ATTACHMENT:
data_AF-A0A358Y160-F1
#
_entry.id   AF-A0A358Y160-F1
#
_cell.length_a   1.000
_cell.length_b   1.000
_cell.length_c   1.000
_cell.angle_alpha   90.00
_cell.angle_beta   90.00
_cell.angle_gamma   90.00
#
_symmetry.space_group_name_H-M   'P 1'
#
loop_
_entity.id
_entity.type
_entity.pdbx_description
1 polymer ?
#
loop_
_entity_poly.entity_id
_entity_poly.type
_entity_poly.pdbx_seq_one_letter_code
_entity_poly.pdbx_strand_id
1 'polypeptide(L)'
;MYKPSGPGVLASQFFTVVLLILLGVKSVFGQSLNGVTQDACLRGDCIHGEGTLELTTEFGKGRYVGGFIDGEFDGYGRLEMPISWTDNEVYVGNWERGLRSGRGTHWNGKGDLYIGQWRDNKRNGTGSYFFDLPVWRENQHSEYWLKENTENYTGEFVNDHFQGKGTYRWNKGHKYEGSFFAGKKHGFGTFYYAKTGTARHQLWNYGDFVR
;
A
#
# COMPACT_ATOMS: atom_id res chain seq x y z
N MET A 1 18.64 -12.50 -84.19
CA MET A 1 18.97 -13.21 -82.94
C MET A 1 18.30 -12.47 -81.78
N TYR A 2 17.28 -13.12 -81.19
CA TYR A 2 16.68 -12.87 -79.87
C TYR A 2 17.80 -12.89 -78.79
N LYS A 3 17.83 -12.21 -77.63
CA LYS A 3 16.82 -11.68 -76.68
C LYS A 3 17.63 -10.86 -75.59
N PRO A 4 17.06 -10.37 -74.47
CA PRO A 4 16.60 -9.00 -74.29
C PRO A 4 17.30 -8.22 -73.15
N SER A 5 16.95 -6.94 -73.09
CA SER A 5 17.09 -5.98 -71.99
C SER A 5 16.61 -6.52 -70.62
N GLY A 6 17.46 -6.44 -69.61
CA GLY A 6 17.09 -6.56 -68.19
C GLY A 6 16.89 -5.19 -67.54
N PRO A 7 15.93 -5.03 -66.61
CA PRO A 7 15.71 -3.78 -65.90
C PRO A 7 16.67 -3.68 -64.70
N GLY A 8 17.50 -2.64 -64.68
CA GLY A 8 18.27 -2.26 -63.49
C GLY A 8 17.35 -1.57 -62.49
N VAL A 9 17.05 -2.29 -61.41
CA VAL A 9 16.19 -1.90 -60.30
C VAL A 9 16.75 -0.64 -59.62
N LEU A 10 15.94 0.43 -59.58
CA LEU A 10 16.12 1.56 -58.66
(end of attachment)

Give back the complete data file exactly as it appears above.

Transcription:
data_AF-A0A358Y160-F1
#
_entry.id   AF-A0A358Y160-F1
#
_cell.length_a   1.000
_cell.length_b   1.000
_cell.length_c   1.000
_cell.angle_alpha   90.00
_cell.angle_beta   90.00
_cell.angle_gamma   90.00
#
_symmetry.space_group_name_H-M   'P 1'
#
loop_
_entity.id
_entity.type
_entity.pdbx_description
1 polymer ?
#
loop_
_entity_poly.entity_id
_entity_poly.type
_entity_poly.pdbx_seq_one_letter_code
_entity_poly.pdbx_strand_id
1 'polypeptide(L)'
;MYKPSGPGVLASQFFTVVLLILLGVKSVFGQSLNGVTQDACLRGDCIHGEGTLELTTEFGKGRYVGGFIDGEFDGYGRLEMPISWTDNEVYVGNWERGLRSGRGTHWNGKGDLYIGQWRDNKRNGTGSYFFDLPVWRENQHSEYWLKENTENYTGEFVNDHFQGKGTYRWNKGHKYEGSFFAGKKHGFGTFYYAKTGTARHQLWNYGDFVR
;
A
#
# COMPACT_ATOMS: atom_id res chain seq x y z
N MET A 1 18.64 -12.50 -84.19
CA MET A 1 18.97 -13.21 -82.94
C MET A 1 18.30 -12.47 -81.78
N TYR A 2 17.28 -13.12 -81.19
CA TYR A 2 16.68 -12.87 -79.87
C TYR A 2 17.80 -12.89 -78.79
N LYS A 3 17.83 -12.21 -77.63
CA LYS A 3 16.82 -11.68 -76.68
C LYS A 3 17.63 -10.86 -75.59
N PRO A 4 17.06 -10.37 -74.47
CA PRO A 4 16.60 -9.00 -74.29
C PRO A 4 17.30 -8.22 -73.15
N SER A 5 16.95 -6.94 -73.09
CA SER A 5 17.09 -5.98 -71.99
C SER A 5 16.61 -6.52 -70.62
N GLY A 6 17.46 -6.44 -69.61
CA GLY A 6 17.09 -6.56 -68.19
C GLY A 6 16.89 -5.19 -67.54
N PRO A 7 15.93 -5.03 -66.61
CA PRO A 7 15.71 -3.78 -65.90
C PRO A 7 16.67 -3.68 -64.70
N GLY A 8 17.50 -2.64 -64.68
CA GLY A 8 18.27 -2.26 -63.49
C GLY A 8 17.35 -1.57 -62.49
N VAL A 9 17.05 -2.29 -61.41
CA VAL A 9 16.19 -1.90 -60.30
C VAL A 9 16.75 -0.64 -59.62
N LEU A 10 15.94 0.43 -59.58
CA LEU A 10 16.12 1.56 -58.66